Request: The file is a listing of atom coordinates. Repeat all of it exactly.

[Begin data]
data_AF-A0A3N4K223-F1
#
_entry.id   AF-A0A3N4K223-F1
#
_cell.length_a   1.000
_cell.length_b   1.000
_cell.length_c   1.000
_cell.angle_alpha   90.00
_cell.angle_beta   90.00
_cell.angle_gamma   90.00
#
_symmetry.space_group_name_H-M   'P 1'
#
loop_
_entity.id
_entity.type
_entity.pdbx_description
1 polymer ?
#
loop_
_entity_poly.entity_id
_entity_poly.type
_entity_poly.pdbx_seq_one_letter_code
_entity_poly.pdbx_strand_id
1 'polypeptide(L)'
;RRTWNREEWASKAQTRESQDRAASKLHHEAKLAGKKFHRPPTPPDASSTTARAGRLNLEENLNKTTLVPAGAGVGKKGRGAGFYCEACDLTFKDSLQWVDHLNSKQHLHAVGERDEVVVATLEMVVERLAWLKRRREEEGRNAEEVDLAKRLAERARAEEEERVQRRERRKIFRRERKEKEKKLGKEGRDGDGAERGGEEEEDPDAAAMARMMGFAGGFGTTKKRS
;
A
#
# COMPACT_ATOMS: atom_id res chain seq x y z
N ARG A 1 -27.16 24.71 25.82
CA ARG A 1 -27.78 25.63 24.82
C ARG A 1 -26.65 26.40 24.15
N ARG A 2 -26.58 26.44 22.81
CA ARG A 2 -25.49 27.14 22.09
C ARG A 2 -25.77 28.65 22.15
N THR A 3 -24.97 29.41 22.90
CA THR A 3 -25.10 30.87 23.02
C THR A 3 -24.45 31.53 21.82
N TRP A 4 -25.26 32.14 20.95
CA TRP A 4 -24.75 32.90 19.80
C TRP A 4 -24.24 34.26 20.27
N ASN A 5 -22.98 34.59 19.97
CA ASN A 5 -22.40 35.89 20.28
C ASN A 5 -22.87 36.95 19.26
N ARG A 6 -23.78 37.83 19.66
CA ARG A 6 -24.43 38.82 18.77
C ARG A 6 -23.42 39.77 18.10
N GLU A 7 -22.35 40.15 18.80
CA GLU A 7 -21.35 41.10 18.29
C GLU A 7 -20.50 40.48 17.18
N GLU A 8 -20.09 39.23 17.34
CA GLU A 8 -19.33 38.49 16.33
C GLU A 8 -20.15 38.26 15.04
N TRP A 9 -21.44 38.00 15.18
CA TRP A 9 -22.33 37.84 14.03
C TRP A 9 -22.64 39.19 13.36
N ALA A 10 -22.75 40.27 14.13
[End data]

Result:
data_AF-A0A3N4K223-F1
#
_entry.id   AF-A0A3N4K223-F1
#
_cell.length_a   1.000
_cell.length_b   1.000
_cell.length_c   1.000
_cell.angle_alpha   90.00
_cell.angle_beta   90.00
_cell.angle_gamma   90.00
#
_symmetry.space_group_name_H-M   'P 1'
#
loop_
_entity.id
_entity.type
_entity.pdbx_description
1 polymer ?
#
loop_
_entity_poly.entity_id
_entity_poly.type
_entity_poly.pdbx_seq_one_letter_code
_entity_poly.pdbx_strand_id
1 'polypeptide(L)'
;RRTWNREEWASKAQTRESQDRAASKLHHEAKLAGKKFHRPPTPPDASSTTARAGRLNLEENLNKTTLVPAGAGVGKKGRGAGFYCEACDLTFKDSLQWVDHLNSKQHLHAVGERDEVVVATLEMVVERLAWLKRRREEEGRNAEEVDLAKRLAERARAEEEERVQRRERRKIFRRERKEKEKKLGKEGRDGDGAERGGEEEEDPDAAAMARMMGFAGGFGTTKKRS
;
A
#
# COMPACT_ATOMS: atom_id res chain seq x y z
N ARG A 1 -27.16 24.71 25.82
CA ARG A 1 -27.78 25.63 24.82
C ARG A 1 -26.65 26.40 24.15
N ARG A 2 -26.58 26.44 22.81
CA ARG A 2 -25.49 27.14 22.09
C ARG A 2 -25.77 28.65 22.15
N THR A 3 -24.97 29.41 22.90
CA THR A 3 -25.10 30.87 23.02
C THR A 3 -24.45 31.53 21.82
N TRP A 4 -25.26 32.14 20.95
CA TRP A 4 -24.75 32.90 19.80
C TRP A 4 -24.24 34.26 20.27
N ASN A 5 -22.98 34.59 19.97
CA ASN A 5 -22.40 35.89 20.28
C ASN A 5 -22.87 36.95 19.26
N ARG A 6 -23.78 37.83 19.66
CA ARG A 6 -24.43 38.82 18.77
C ARG A 6 -23.42 39.77 18.10
N GLU A 7 -22.35 40.15 18.80
CA GLU A 7 -21.35 41.10 18.29
C GLU A 7 -20.50 40.48 17.18
N GLU A 8 -20.09 39.23 17.34
CA GLU A 8 -19.33 38.49 16.33
C GLU A 8 -20.15 38.26 15.04
N TRP A 9 -21.44 38.00 15.18
CA TRP A 9 -22.33 37.84 14.03
C TRP A 9 -22.64 39.19 13.36
N ALA A 10 -22.75 40.27 14.13